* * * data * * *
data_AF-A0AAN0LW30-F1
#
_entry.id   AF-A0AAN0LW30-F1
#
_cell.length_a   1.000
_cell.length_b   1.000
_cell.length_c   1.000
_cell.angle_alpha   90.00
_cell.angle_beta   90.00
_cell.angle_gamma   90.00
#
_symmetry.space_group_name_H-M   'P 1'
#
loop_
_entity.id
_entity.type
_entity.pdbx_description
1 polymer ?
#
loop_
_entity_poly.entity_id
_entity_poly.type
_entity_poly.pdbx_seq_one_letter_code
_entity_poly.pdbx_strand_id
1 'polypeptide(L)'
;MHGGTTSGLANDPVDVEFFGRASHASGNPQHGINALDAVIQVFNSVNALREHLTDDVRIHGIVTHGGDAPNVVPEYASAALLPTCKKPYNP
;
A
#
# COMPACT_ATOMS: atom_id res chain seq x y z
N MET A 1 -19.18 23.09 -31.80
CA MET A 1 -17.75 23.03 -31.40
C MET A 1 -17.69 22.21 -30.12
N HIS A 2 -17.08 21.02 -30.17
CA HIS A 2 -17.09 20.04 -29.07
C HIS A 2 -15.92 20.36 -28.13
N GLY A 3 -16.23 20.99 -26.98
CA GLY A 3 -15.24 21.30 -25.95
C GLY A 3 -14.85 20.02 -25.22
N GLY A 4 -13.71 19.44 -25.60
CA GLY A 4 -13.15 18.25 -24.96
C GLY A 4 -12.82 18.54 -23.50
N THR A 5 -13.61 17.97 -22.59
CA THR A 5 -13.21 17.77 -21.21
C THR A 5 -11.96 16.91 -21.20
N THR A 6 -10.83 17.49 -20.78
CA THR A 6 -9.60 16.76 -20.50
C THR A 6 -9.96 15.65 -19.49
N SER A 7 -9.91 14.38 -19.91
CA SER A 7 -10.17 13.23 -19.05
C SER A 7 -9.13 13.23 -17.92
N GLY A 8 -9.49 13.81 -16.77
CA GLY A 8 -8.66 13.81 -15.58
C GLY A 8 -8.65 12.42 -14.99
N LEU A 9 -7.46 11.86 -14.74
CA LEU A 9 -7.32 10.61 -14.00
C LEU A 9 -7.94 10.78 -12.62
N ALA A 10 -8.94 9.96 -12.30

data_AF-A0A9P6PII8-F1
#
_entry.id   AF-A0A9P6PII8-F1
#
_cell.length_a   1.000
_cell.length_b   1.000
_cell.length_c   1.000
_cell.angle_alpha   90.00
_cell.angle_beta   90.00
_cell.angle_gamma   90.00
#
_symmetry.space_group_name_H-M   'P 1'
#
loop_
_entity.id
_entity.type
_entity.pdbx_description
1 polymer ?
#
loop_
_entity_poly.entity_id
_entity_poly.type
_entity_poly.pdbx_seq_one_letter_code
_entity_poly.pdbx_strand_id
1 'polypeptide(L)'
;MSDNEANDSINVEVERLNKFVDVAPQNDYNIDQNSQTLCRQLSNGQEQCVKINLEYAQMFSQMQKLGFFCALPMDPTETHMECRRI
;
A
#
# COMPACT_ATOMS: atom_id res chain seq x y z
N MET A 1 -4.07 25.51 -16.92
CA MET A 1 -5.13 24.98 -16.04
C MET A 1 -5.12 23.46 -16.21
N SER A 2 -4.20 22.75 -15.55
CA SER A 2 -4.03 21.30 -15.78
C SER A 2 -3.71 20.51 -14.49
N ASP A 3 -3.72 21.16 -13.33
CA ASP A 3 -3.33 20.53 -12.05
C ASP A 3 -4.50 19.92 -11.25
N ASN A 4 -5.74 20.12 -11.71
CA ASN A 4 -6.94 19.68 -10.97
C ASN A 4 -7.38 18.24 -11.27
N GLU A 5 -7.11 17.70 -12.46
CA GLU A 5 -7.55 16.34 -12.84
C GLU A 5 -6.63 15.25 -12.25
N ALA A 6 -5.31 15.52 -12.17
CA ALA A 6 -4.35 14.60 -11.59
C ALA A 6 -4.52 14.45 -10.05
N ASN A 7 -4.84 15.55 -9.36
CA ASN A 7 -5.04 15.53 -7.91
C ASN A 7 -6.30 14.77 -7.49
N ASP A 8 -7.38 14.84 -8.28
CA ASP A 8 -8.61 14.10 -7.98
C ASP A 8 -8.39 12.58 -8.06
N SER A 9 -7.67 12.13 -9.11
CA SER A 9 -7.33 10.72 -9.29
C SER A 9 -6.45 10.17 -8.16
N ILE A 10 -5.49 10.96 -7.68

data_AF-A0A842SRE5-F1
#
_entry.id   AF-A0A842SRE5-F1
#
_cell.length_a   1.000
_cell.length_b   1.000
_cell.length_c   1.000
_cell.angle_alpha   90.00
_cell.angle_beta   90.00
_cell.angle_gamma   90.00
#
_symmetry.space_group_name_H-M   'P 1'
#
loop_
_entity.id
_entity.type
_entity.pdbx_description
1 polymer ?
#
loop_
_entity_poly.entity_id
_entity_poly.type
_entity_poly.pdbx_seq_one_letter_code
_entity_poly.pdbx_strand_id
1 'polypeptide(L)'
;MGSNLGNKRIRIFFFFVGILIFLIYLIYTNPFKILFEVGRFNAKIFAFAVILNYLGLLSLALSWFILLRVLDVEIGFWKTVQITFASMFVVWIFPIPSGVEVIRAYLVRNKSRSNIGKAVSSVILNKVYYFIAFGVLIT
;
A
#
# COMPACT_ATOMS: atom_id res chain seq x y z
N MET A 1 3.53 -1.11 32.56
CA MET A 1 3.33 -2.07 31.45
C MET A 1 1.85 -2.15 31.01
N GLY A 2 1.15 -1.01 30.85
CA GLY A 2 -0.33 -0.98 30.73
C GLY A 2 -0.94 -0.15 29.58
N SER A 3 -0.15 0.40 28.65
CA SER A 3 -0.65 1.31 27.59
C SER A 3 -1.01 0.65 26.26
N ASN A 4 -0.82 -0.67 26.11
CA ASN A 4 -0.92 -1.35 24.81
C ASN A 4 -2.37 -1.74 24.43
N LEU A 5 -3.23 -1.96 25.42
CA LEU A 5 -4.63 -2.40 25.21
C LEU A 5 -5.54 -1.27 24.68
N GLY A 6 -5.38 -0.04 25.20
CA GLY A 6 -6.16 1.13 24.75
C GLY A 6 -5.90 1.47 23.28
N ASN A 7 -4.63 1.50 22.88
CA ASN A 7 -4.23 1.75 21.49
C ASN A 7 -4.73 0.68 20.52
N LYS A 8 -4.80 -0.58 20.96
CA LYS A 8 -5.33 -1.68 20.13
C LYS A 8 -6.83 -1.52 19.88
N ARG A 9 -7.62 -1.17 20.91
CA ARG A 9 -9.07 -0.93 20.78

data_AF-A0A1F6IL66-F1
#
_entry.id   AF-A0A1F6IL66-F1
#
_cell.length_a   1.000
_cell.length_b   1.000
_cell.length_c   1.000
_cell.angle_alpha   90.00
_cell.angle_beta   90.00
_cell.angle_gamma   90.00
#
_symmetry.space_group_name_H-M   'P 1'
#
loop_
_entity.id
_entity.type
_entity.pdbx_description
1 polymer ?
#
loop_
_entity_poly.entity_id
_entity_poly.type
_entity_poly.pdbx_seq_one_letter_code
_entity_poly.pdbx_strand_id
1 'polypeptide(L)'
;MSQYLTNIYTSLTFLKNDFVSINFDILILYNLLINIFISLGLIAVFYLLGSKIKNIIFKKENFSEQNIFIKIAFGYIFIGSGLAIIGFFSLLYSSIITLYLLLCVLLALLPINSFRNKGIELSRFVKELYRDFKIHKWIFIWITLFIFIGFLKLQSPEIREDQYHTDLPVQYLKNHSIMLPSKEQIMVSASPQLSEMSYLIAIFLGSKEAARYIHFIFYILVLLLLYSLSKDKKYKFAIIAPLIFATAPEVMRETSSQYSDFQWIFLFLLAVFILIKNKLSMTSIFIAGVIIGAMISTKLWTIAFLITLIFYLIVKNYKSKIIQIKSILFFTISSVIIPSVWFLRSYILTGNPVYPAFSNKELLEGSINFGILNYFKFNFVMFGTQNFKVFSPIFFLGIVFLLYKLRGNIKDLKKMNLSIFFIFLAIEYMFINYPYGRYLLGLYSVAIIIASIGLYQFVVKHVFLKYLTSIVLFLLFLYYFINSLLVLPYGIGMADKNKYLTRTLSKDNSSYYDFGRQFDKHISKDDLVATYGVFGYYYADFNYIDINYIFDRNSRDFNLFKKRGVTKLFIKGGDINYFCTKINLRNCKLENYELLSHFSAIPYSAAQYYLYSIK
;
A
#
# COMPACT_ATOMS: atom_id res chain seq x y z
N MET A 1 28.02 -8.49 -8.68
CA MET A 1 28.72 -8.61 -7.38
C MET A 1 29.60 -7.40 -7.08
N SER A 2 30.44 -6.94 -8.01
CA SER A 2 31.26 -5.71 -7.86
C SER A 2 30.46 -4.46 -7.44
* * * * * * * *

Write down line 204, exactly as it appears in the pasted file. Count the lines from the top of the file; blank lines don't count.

CA MET A 1 28.72 -8.61 -7.38